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Renal dysfunction is one of the most important comorbidities in patients with chronic heart failure (HF) and frequently accentuated in the setting of acute HF (AHF).1 In either context, renal dysfunction has important clinical implications that deserve to be highlighted: (A) the added increase in risk of adverse clinical outcomes2 and (B) at greater degrees of renal failure, well evidenced therapies are lacking and current management remains mostly empirical.1
The pathophysiology of renal dysfunction in AHF is complex, multifactorial and not completely understood, which may potentially explain why patients with worsening renal function (WRF) show mixed clinical response and outcomes.1 An imbalance between abnormal haemodynamic (arterial hypoperfusion and/or venous congestion), neurohormonal activation, inflammatory responses, intrinsic tubular damage and heterogeneous response to therapeutic interventions have been proposed as the most common pathogenic pathways.1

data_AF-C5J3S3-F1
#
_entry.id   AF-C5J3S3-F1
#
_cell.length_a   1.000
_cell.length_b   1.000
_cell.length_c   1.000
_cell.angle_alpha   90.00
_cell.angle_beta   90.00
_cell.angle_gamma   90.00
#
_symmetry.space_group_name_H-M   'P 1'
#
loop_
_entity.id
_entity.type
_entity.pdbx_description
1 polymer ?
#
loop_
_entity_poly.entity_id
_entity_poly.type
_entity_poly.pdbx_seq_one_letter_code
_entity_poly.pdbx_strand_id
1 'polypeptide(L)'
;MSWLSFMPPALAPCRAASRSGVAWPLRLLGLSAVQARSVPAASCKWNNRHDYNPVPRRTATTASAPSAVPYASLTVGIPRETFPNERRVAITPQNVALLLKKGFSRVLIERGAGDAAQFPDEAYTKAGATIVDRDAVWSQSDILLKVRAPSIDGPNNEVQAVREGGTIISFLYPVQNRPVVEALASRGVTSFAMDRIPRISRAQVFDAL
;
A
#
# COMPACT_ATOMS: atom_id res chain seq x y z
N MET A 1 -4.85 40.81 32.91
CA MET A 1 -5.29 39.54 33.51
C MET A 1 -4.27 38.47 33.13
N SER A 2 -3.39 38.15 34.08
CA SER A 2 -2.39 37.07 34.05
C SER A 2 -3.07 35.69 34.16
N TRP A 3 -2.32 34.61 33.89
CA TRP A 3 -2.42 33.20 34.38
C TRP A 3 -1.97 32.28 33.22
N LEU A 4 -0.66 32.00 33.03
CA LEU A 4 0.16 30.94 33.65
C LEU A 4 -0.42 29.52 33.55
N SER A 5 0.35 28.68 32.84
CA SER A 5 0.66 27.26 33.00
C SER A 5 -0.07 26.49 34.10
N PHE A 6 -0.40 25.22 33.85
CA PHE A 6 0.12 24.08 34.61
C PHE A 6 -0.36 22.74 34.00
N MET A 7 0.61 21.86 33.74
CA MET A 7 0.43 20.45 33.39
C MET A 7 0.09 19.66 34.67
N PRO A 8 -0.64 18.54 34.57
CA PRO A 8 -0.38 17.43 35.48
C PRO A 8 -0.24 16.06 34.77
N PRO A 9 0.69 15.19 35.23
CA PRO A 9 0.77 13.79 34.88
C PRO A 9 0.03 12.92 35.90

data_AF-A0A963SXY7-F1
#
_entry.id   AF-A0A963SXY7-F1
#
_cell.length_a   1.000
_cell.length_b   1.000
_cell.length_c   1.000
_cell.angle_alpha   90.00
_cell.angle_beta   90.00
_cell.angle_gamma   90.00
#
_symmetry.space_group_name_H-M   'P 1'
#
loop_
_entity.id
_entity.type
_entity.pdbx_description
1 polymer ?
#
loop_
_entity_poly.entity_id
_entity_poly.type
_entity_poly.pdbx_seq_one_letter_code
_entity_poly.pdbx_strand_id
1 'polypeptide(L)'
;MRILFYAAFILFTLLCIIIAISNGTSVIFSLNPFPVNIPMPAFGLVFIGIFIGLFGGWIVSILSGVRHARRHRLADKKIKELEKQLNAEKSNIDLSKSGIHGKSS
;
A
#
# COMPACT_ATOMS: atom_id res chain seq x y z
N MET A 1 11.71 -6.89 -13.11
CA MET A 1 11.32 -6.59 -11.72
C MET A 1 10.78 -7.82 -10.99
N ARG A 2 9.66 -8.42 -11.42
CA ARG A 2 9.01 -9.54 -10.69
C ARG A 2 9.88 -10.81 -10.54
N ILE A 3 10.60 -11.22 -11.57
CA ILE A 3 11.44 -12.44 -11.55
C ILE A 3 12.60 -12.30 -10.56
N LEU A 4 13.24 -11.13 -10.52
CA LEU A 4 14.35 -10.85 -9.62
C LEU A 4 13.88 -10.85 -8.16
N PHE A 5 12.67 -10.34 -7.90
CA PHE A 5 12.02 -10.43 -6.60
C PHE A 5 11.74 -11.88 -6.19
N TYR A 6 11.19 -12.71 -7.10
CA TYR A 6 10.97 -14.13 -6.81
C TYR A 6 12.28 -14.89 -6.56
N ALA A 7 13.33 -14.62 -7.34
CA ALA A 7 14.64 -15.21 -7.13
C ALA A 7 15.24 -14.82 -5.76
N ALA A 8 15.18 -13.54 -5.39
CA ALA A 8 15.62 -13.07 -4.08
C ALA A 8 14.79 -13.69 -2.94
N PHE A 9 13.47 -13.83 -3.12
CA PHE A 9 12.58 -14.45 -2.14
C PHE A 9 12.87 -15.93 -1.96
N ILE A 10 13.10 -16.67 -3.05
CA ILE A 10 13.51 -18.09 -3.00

Serum creatinine and blood urea nitrogen (BUN) have been classically used as proxies for renal function assessment; nevertheless, there are several concerns regarding their performance.1 Serum is influenced by important extrarenal factors such as muscle mass, gender, age, nutrition and race. It is well established that serum creatinine underestimates renal function in highly prevalent subgroups of patients with HF such as the elderly, women and low-weight individuals. In contrast, creatinine overestimates renal damage when renal dysfunction is already present.1 Other additional shortcomings are: (A) creatinine is known to be a slow-release marker after acute …
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